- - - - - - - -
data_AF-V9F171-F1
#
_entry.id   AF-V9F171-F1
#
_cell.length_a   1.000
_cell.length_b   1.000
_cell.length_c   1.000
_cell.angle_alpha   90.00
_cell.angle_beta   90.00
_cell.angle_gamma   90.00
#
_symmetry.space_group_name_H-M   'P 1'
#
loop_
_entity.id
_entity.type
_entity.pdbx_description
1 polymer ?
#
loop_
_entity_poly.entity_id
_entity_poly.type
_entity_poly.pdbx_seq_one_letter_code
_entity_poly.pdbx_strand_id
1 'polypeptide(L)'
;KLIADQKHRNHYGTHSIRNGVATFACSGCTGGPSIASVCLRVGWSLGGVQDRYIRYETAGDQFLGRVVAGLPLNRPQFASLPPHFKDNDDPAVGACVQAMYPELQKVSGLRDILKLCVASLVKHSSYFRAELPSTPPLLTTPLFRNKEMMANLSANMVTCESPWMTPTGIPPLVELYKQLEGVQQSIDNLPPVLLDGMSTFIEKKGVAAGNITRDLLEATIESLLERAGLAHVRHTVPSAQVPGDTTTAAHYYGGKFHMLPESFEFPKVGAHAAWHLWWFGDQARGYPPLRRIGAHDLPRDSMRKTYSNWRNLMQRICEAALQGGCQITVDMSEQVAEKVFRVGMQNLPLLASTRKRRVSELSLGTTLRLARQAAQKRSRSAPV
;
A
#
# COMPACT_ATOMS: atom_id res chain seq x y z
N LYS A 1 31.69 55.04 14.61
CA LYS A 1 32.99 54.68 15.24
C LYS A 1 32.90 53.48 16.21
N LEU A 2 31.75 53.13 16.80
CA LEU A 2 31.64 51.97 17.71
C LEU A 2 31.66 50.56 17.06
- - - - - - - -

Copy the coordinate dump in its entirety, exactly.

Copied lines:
data_AF-V9F171-F1
#
_entry.id   AF-V9F171-F1
#
_cell.length_a   1.000
_cell.length_b   1.000
_cell.length_c   1.000
_cell.angle_alpha   90.00
_cell.angle_beta   90.00
_cell.angle_gamma   90.00
#
_symmetry.space_group_name_H-M   'P 1'
#
loop_
_entity.id
_entity.type
_entity.pdbx_description
1 polymer ?
#
loop_
_entity_poly.entity_id
_entity_poly.type
_entity_poly.pdbx_seq_one_letter_code
_entity_poly.pdbx_strand_id
1 'polypeptide(L)'
;KLIADQKHRNHYGTHSIRNGVATFACSGCTGGPSIASVCLRVGWSLGGVQDRYIRYETAGDQFLGRVVAGLPLNRPQFASLPPHFKDNDDPAVGACVQAMYPELQKVSGLRDILKLCVASLVKHSSYFRAELPSTPPLLTTPLFRNKEMMANLSANMVTCESPWMTPTGIPPLVELYKQLEGVQQSIDNLPPVLLDGMSTFIEKKGVAAGNITRDLLEATIESLLERAGLAHVRHTVPSAQVPGDTTTAAHYYGGKFHMLPESFEFPKVGAHAAWHLWWFGDQARGYPPLRRIGAHDLPRDSMRKTYSNWRNLMQRICEAALQGGCQITVDMSEQVAEKVFRVGMQNLPLLASTRKRRVSELSLGTTLRLARQAAQKRSRSAPV
;
A
#
# COMPACT_ATOMS: atom_id res chain seq x y z
N LYS A 1 31.69 55.04 14.61
CA LYS A 1 32.99 54.68 15.24
C LYS A 1 32.90 53.48 16.21
N LEU A 2 31.75 53.13 16.80
CA LEU A 2 31.64 51.97 17.71
C LEU A 2 31.66 50.56 17.06